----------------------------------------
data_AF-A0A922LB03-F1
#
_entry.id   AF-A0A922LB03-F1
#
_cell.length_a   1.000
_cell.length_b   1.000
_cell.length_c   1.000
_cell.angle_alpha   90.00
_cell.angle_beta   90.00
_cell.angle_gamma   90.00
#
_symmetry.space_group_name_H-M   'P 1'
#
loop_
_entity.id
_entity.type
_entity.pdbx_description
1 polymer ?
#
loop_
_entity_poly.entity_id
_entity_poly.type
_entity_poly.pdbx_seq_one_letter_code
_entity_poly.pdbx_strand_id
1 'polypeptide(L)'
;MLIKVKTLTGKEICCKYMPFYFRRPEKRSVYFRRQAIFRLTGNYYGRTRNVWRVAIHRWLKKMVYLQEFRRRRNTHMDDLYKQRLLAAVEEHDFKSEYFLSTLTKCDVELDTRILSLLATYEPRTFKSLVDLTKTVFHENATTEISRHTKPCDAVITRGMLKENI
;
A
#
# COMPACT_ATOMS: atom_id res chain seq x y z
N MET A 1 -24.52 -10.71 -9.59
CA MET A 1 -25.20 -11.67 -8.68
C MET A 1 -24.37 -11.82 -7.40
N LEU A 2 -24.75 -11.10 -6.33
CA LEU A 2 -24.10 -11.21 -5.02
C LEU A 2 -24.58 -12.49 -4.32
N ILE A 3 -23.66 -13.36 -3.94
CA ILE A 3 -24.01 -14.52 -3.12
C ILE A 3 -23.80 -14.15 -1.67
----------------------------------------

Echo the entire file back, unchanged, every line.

data_AF-A0A922LB03-F1
#
_entry.id   AF-A0A922LB03-F1
#
_cell.length_a   1.000
_cell.length_b   1.000
_cell.length_c   1.000
_cell.angle_alpha   90.00
_cell.angle_beta   90.00
_cell.angle_gamma   90.00
#
_symmetry.space_group_name_H-M   'P 1'
#
loop_
_entity.id
_entity.type
_entity.pdbx_description
1 polymer ?
#
loop_
_entity_poly.entity_id
_entity_poly.type
_entity_poly.pdbx_seq_one_letter_code
_entity_poly.pdbx_strand_id
1 'polypeptide(L)'
;MLIKVKTLTGKEICCKYMPFYFRRPEKRSVYFRRQAIFRLTGNYYGRTRNVWRVAIHRWLKKMVYLQEFRRRRNTHMDDLYKQRLLAAVEEHDFKSEYFLSTLTKCDVELDTRILSLLATYEPRTFKSLVDLTKTVFHENATTEISRHTKPCDAVITRGMLKENI
;
A
#
# COMPACT_ATOMS: atom_id res chain seq x y z
N MET A 1 -24.52 -10.71 -9.59
CA MET A 1 -25.20 -11.67 -8.68
C MET A 1 -24.37 -11.82 -7.40
N LEU A 2 -24.75 -11.10 -6.33
CA LEU A 2 -24.10 -11.21 -5.02
C LEU A 2 -24.58 -12.49 -4.32
N ILE A 3 -23.66 -13.36 -3.94
CA ILE A 3 -24.01 -14.52 -3.12
C ILE A 3 -23.80 -14.15 -1.67